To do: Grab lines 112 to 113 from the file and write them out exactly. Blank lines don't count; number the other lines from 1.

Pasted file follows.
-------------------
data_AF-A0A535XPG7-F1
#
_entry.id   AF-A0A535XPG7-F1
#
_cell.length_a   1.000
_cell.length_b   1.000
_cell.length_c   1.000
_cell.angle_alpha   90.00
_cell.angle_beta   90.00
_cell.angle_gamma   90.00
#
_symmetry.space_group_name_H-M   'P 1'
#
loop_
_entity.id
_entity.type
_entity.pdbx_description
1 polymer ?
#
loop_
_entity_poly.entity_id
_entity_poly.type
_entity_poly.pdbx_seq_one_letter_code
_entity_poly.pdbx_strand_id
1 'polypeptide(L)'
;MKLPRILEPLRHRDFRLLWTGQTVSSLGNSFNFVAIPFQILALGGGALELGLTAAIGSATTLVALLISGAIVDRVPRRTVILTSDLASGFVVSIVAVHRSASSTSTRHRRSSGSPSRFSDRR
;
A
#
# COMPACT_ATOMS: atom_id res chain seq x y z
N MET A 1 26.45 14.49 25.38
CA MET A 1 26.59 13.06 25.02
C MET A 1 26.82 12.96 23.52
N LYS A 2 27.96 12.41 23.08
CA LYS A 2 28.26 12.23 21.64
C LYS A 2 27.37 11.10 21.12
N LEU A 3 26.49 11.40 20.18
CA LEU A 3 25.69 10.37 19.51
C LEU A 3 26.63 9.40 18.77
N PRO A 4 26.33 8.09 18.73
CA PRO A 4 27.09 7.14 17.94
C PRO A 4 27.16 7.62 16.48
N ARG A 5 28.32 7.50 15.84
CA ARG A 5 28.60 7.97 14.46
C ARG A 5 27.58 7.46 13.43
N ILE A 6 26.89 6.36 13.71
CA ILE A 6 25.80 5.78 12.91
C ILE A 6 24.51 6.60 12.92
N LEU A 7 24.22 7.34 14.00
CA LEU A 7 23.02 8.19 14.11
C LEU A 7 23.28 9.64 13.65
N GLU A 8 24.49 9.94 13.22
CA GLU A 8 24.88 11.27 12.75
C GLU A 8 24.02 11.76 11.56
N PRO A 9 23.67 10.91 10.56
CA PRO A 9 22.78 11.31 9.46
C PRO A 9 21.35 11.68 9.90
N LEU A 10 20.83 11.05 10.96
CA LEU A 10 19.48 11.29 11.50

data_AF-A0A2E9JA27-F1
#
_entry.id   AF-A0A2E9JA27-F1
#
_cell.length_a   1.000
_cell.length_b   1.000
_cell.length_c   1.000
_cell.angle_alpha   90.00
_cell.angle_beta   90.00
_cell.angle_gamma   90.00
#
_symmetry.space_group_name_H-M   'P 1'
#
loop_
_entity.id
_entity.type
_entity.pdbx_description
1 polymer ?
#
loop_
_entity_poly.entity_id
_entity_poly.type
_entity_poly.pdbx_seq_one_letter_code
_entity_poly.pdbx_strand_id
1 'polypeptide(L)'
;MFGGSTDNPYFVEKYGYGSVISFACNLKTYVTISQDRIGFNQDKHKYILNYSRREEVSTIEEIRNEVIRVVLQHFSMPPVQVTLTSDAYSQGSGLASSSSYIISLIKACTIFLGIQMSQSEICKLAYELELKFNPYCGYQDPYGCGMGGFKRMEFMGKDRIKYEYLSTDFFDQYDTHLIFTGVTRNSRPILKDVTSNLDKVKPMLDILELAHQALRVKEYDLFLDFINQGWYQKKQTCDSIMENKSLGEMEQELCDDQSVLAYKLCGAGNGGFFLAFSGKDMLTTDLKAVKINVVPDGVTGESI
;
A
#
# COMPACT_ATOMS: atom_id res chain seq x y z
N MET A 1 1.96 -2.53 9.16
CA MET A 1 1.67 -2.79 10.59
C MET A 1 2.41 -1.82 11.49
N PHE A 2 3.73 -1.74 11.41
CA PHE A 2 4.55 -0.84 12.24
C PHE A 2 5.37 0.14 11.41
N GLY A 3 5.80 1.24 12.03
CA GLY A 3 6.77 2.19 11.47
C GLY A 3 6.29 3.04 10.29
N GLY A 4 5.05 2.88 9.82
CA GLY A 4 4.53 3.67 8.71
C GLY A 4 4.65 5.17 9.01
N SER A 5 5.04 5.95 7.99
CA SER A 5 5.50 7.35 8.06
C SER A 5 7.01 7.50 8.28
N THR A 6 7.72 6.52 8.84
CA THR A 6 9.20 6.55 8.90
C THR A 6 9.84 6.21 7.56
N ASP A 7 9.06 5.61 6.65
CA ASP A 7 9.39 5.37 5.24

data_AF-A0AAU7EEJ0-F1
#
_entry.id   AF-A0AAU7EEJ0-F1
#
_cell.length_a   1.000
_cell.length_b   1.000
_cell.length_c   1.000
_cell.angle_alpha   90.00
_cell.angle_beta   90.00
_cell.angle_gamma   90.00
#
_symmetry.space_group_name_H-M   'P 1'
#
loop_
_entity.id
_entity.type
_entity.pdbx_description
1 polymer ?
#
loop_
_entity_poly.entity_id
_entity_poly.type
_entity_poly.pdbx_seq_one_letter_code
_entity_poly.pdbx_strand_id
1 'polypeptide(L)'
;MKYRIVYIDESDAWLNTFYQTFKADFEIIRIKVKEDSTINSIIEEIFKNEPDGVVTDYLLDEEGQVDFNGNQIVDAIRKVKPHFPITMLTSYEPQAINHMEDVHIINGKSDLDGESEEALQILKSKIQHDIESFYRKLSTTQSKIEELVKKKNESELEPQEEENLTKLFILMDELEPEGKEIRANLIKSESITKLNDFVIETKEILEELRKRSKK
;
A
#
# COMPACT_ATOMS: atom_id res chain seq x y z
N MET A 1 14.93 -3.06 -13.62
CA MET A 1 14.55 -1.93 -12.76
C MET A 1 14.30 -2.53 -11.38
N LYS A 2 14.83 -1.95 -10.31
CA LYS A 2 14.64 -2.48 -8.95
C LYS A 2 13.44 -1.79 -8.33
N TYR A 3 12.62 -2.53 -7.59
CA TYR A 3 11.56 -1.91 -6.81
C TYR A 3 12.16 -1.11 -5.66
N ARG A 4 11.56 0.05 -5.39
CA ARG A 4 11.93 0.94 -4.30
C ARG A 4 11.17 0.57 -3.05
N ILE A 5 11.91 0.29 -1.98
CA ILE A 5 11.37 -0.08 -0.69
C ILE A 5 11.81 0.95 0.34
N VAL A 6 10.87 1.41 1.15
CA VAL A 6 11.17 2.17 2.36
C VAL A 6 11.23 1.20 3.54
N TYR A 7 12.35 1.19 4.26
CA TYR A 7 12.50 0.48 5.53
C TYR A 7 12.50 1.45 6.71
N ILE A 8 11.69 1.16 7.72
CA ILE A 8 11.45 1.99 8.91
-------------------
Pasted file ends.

_entry.id   AF-A0AAU7EEJ0-F1
#